SeaWorld opens ‘no killer whales’ but doesn’t save itself from controversy

A water park opened in the United Arab Emirates has declared itself a “friend” of these marine mammals following a controversy over animal health. However, this is not enough for animal welfare organizations.

Lorenzo Sangermano

SeaWorld opens a new chapter: a water park “without killer whales”. Opened in Abu Dhabi, United Arab Emirates, the American chain’s new establishment was launched as the first international headquarters of the famous American park.

A technique that, however, does not stop the controversy, since the structure still contains thousands of captive marine animals. Now the company has decided to stop the practice of breeding killer whales. But what happens to other marine life?

With an investment of over $1.2 billion, the new theme park boasts the title of the largest aquarium in the world and can accommodate over 68,000 marine animals. While killer whales are excluded from the facility, other animals such as porpoises, sharks and dolphins will continue to be kept in captivity. The practice has drawn criticism from animal rights organizations who argue that keeping and exploiting marine animals for human entertainment is ethically questionable.

SeaWorld has been the target of accusations of animal cruelty for several years now. The 2013 documentary The Black Fish showed mistreatment of killer whales in the park and resulted in a decrease in visitor numbers. Following the release of the documentary, SeaWorld discontinued its killer whale breeding program and display of live cetaceans in 2016. In the same year, a decision was announced to open a site in Abu Dhabi without killer whales.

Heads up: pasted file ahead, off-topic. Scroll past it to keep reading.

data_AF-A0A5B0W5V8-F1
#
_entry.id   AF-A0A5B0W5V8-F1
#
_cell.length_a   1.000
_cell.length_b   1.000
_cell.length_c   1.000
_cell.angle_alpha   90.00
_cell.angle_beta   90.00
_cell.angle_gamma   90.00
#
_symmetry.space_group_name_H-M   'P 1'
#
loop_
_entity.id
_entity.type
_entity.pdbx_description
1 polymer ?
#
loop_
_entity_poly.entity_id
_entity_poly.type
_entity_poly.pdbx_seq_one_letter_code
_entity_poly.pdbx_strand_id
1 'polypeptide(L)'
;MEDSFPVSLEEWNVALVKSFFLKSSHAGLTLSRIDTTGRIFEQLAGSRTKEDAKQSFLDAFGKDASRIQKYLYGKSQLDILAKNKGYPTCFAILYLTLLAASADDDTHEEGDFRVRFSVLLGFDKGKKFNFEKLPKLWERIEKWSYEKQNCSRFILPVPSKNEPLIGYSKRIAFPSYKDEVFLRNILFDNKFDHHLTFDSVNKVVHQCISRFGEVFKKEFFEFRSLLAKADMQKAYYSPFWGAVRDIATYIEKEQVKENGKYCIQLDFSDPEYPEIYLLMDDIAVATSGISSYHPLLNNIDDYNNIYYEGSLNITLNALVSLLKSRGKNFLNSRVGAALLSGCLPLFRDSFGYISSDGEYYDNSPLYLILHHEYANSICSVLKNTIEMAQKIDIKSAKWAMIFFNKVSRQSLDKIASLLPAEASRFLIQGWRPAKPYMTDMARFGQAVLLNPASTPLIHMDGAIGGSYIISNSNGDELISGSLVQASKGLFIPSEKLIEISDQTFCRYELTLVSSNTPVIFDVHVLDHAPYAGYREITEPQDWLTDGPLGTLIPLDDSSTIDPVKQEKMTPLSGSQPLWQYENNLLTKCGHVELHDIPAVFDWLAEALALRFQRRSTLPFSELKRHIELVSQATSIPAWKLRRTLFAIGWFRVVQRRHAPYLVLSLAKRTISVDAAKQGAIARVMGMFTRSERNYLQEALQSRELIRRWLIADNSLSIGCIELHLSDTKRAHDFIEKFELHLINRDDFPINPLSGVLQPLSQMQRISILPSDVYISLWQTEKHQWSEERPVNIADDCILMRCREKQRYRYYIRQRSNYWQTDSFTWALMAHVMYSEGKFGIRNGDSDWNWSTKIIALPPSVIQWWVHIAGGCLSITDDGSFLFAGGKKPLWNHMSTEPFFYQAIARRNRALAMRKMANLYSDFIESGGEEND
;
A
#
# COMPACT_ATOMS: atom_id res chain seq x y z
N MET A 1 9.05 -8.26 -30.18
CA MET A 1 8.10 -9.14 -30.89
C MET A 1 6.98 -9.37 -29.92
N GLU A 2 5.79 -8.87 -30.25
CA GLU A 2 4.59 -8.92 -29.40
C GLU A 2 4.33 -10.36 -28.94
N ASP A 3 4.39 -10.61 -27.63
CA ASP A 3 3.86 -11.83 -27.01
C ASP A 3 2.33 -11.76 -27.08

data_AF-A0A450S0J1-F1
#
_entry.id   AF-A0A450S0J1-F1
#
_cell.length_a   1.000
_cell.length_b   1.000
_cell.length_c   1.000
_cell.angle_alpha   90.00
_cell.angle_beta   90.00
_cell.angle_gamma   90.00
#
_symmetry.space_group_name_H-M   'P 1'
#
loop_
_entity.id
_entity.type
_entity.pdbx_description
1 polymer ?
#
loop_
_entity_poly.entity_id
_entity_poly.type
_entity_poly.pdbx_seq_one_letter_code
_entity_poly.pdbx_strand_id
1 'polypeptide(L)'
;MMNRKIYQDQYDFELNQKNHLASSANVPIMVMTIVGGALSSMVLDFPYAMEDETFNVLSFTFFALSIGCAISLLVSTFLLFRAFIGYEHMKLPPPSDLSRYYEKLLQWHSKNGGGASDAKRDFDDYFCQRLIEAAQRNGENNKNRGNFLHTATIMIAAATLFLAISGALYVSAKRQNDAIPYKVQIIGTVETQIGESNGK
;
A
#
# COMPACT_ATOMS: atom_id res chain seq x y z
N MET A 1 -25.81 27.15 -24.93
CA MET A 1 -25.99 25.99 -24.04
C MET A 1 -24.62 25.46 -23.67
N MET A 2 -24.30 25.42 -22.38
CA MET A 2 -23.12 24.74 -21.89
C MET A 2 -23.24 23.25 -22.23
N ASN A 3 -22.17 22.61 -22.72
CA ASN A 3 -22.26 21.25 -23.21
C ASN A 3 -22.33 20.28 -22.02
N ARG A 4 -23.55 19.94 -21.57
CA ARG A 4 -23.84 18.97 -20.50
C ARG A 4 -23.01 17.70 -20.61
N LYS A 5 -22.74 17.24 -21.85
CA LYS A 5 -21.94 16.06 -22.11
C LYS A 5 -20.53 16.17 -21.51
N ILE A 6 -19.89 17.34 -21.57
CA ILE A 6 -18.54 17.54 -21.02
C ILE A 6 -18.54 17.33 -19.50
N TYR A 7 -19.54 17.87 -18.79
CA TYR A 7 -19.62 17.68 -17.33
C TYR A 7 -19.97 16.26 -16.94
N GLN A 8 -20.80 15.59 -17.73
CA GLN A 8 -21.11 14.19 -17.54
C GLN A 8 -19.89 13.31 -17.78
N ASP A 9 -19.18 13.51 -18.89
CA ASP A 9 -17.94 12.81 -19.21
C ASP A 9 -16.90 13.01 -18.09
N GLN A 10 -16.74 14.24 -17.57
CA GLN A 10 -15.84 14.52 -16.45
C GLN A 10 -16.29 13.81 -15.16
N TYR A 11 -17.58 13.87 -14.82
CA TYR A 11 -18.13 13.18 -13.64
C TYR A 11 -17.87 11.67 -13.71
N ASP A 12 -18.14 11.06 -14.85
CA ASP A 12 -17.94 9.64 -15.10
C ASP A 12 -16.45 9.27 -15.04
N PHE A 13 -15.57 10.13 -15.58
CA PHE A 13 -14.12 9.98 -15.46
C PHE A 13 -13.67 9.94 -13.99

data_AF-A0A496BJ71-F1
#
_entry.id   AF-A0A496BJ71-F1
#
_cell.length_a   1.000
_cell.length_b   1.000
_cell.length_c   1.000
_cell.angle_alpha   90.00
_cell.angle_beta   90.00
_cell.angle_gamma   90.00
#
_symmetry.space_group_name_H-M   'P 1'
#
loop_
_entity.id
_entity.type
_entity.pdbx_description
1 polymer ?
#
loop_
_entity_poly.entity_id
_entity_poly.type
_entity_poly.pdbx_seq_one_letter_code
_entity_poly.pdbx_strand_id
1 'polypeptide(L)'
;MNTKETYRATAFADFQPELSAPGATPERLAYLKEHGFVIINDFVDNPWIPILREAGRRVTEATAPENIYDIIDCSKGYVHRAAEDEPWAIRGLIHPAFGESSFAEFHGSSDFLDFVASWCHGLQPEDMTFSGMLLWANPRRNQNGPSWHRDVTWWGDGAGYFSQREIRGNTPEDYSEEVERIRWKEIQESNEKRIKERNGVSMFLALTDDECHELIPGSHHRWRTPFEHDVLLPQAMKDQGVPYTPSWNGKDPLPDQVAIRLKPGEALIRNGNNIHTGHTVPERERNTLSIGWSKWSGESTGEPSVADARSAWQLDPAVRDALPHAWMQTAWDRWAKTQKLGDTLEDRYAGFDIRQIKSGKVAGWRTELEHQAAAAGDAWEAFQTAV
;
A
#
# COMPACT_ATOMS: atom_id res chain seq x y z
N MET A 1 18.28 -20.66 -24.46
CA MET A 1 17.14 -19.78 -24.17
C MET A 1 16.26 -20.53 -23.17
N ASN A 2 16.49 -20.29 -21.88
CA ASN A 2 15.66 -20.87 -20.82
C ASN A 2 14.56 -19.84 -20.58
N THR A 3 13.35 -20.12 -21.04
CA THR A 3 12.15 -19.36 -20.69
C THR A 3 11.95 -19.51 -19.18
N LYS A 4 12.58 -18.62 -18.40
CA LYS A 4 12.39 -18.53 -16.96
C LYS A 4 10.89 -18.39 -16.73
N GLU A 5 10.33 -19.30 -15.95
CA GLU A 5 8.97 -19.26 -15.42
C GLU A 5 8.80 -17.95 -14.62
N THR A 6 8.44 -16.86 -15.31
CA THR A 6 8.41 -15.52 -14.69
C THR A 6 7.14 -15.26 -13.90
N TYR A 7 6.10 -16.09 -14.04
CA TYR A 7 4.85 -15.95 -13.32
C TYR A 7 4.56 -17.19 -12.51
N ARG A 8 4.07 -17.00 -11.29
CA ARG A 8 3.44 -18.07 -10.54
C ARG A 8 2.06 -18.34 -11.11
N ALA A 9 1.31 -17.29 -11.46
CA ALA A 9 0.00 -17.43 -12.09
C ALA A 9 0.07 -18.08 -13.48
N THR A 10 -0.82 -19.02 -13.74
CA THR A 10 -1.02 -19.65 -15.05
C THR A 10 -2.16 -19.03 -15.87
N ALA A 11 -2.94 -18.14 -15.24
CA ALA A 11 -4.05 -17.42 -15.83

Despite SeaWorld’s claims of commitment to the restoration and conservation of marine life, the company has come under fire and allegations of wrongdoing. Last December, the USDA found a porpoise “actively bleeding” with excessive levels of chlorine in a porpoise enclosure at SeaWorld Orlando, Florida. While parks in the US have been certified by the Association of Zoos and Aquariums (AZA), Abu Dhabi Park has yet to apply for accreditation, according to Jennifer DiNenna, director of accreditation at AZA.

Critics argue that the dolphin shows and performances that will continue to take place in the Abu Dhabi park contribute to the suffering of sentient and social beings. These animals are often deprived of food before exhibitions and placed in too cramped rooms. Animal rights organizations such as PETA (People for the Ethical Treatment of Animals) have called for an end to captive and recreational use of sea creatures.

The opening of the Abu Dhabi park raised concerns about the proper treatment of dolphins, as well as sending 24 of them, including two “rescued” animals, to the venue last December. There were calls for their release, but the protests went unanswered.

SeaWorld’s entry into the UAE marks its transformation into a rapidly growing international tourism destination. The partnership with Miral, a state-owned development company, is part of a larger plan to turn Abu Dhabi’s Yas Island into a theme park hub that can rival Orlando. The island already has a Formula One track, a water park, and a Warner Bros. theme park. Celebrities such as actors Kevin Hart and Jason Momoa are hired to promote it.

The controversy surrounding the practice of SeaWorld is yet another manifestation of the dilemma between animal welfare and humane entertainment.

(Opening photo: @seaworldabudhabiai)

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